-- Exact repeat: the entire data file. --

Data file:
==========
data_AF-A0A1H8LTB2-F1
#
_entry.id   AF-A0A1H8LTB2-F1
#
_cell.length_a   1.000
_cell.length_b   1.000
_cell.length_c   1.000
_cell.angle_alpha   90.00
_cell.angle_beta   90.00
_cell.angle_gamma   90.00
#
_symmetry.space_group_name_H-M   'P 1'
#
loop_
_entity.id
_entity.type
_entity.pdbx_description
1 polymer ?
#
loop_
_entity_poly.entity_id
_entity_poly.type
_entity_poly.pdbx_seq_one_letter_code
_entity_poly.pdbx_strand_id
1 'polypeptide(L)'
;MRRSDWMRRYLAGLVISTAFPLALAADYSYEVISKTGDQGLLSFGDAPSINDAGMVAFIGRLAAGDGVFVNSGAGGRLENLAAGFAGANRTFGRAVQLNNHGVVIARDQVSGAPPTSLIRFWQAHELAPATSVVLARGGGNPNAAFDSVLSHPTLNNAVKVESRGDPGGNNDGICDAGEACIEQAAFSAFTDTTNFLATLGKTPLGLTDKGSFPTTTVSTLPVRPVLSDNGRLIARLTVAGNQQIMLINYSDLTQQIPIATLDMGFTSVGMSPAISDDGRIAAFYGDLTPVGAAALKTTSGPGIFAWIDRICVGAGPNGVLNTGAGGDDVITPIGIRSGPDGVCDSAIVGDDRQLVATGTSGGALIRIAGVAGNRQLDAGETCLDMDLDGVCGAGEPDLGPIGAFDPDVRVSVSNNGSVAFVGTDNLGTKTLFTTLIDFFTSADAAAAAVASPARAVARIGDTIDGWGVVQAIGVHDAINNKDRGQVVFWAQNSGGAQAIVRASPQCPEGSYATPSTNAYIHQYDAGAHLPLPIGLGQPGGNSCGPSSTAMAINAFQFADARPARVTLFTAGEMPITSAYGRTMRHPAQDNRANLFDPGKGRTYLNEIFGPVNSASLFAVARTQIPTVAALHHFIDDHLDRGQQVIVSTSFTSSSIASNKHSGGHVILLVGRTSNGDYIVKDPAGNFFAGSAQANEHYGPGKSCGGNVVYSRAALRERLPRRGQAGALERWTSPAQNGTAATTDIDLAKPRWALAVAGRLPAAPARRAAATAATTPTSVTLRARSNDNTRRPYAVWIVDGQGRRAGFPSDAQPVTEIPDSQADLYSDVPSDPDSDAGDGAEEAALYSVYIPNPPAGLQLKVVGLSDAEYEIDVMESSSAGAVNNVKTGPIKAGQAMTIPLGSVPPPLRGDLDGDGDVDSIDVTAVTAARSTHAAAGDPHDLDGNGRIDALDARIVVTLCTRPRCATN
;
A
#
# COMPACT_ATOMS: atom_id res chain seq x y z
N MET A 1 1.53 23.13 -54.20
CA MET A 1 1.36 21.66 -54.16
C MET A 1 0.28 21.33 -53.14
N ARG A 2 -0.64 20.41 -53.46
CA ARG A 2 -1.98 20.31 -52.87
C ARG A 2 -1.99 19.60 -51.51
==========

data_AF-A0A1H8LTB2-F1
#
_entry.id   AF-A0A1H8LTB2-F1
#
_cell.length_a   1.000
_cell.length_b   1.000
_cell.length_c   1.000
_cell.angle_alpha   90.00
_cell.angle_beta   90.00
_cell.angle_gamma   90.00
#
_symmetry.space_group_name_H-M   'P 1'
#
loop_
_entity.id
_entity.type
_entity.pdbx_description
1 polymer ?
#
loop_
_entity_poly.entity_id
_entity_poly.type
_entity_poly.pdbx_seq_one_letter_code
_entity_poly.pdbx_strand_id
1 'polypeptide(L)'
;MRRSDWMRRYLAGLVISTAFPLALAADYSYEVISKTGDQGLLSFGDAPSINDAGMVAFIGRLAAGDGVFVNSGAGGRLENLAAGFAGANRTFGRAVQLNNHGVVIARDQVSGAPPTSLIRFWQAHELAPATSVVLARGGGNPNAAFDSVLSHPTLNNAVKVESRGDPGGNNDGICDAGEACIEQAAFSAFTDTTNFLATLGKTPLGLTDKGSFPTTTVSTLPVRPVLSDNGRLIARLTVAGNQQIMLINYSDLTQQIPIATLDMGFTSVGMSPAISDDGRIAAFYGDLTPVGAAALKTTSGPGIFAWIDRICVGAGPNGVLNTGAGGDDVITPIGIRSGPDGVCDSAIVGDDRQLVATGTSGGALIRIAGVAGNRQLDAGETCLDMDLDGVCGAGEPDLGPIGAFDPDVRVSVSNNGSVAFVGTDNLGTKTLFTTLIDFFTSADAAAAAVASPARAVARIGDTIDGWGVVQAIGVHDAINNKDRGQVVFWAQNSGGAQAIVRASPQCPEGSYATPSTNAYIHQYDAGAHLPLPIGLGQPGGNSCGPSSTAMAINAFQFADARPARVTLFTAGEMPITSAYGRTMRHPAQDNRANLFDPGKGRTYLNEIFGPVNSASLFAVARTQIPTVAALHHFIDDHLDRGQQVIVSTSFTSSSIASNKHSGGHVILLVGRTSNGDYIVKDPAGNFFAGSAQANEHYGPGKSCGGNVVYSRAALRERLPRRGQAGALERWTSPAQNGTAATTDIDLAKPRWALAVAGRLPAAPARRAAATAATTPTSVTLRARSNDNTRRPYAVWIVDGQGRRAGFPSDAQPVTEIPDSQADLYSDVPSDPDSDAGDGAEEAALYSVYIPNPPAGLQLKVVGLSDAEYEIDVMESSSAGAVNNVKTGPIKAGQAMTIPLGSVPPPLRGDLDGDGDVDSIDVTAVTAARSTHAAAGDPHDLDGNGRIDALDARIVVTLCTRPRCATN
;
A
#
# COMPACT_ATOMS: atom_id res chain seq x y z
N MET A 1 1.53 23.13 -54.20
CA MET A 1 1.36 21.66 -54.16
C MET A 1 0.28 21.33 -53.14
N ARG A 2 -0.64 20.41 -53.46
CA ARG A 2 -1.98 20.31 -52.87
C ARG A 2 -1.99 19.60 -51.51